Keep in mind that services like Blogger.com and WordPress.com both give you the ability to restrict your sites to users you choose and limit viewing from the World Wide Web. Spamming and transmitting viruses are not permitted by most services.

With the exception of Google’s Ajax Feed API, the other free services include a link back to their service at the very bottom of the feed results. Needless to say, you can purchase the ad-free version of these feeds from those services who offer upgrades. Note that some RSS converter mash-ups offer additional features allowing manipulation of links, fonts, paragraph sizes and colors. RSS feeds are generally asynchronous which means changes are not made instantly. Usually, the feed is updated within one to fifteen minutes of the last modification.

So if you want to strengthen communication across your organization or if you desire a better way to share information throughout your SLA Chapter, try using the combination of RSS content and Web integration mash-up tools. These tools offer are very practical and cost effective means of connecting with viewers, while making your services more visible through various Web media, such as intranets, portals, email, e-newsletters, RSS readers and more.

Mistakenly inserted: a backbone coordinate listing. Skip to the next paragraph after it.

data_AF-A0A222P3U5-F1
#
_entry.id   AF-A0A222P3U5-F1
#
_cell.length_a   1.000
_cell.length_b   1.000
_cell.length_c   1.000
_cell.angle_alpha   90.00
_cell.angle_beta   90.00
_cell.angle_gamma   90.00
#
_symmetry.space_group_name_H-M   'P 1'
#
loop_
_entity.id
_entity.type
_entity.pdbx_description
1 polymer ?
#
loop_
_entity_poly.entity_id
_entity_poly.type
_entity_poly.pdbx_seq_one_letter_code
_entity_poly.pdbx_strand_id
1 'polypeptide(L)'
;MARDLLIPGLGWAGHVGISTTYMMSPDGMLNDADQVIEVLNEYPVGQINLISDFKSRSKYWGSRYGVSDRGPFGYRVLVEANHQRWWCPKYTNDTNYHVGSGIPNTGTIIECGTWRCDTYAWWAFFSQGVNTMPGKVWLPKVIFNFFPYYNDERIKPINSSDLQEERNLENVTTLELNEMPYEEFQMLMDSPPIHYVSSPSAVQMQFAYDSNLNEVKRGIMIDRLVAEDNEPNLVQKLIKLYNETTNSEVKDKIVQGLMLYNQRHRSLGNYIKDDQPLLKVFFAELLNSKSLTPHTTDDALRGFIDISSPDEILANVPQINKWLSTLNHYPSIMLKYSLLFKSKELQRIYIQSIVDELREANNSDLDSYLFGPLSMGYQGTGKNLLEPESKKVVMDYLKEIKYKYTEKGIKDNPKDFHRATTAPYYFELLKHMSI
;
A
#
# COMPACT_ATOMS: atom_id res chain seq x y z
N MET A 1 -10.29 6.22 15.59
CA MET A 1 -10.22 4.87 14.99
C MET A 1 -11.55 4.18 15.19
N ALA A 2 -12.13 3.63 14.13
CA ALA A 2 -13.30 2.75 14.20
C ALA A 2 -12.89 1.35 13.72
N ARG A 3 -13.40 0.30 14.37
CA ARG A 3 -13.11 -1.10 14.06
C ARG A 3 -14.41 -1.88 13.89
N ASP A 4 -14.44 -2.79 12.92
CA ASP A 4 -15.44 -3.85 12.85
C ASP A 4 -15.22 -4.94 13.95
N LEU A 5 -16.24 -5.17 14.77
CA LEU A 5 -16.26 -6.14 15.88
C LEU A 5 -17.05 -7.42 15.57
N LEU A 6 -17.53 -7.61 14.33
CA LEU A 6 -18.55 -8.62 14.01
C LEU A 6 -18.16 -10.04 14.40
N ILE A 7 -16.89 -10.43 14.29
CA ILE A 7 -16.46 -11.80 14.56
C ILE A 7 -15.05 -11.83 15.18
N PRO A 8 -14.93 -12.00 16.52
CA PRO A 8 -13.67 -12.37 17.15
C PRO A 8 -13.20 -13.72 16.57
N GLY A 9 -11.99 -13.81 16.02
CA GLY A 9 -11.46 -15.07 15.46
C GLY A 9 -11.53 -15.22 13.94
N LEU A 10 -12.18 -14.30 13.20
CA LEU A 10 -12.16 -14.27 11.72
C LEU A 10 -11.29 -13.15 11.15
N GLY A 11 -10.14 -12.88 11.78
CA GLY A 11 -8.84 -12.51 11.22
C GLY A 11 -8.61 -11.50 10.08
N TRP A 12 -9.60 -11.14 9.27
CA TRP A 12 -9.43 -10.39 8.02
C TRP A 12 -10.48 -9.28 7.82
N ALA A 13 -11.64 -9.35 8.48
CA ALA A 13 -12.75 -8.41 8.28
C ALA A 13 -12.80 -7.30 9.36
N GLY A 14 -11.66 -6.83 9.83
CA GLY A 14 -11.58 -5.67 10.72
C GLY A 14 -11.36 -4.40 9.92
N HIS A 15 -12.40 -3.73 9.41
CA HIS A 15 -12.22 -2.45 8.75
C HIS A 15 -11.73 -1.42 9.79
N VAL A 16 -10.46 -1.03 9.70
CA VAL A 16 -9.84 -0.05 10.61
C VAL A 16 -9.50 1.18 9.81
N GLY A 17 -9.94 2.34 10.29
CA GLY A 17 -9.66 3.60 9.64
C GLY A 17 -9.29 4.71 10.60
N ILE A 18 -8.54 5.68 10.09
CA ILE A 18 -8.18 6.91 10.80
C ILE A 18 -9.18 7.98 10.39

Using the combination of RSS and mashup converters will save time and allow librarians managing Web communications to work smarter, not harder.

With free editor tools such as FeedforAII you can easily manage, share and view the feed information across Web media. Another great free tool: RSS-to-JavaScript was designed to easily convert any valid RSS, RDF or ATOM feed into easy-to-implement Javascript.

References:

Info News (2008). SLA Connections Goes Weekly, Transitions Content to New ‘Blog’ format. Information Outlook, June, Vol 12, p. 9.

Stephans, Michael (2007). Web 2.0 and You. American Libraries, December, p. 32.

Siess, Judith (2003). Visible Librarian: Asserting our Value with Marketing and Advocacy. Chicago, IL: ALA Edition

JAMAL CROMITY is a 1998 American Library Association Spectrum Scholar. He is a winner of the NCSLA 2008 Horizon Award and has Master degrees in Library Science (MLS) and Business Administration (MBA). He is a Product Developer for Dialog, Proquest, where he is responsible for developing new products and solutions for research needs of clients using Dialog products. Jamal is also a coach in the Quantum2 program, a leadership development program, provided by Dialog. He can be reached at jamal.cromity@dialog.com.

Copyright Special Libraries Association Aug 2008

(c) 2008 Information Outlook. Provided by ProQuest LLC. All rights Reserved.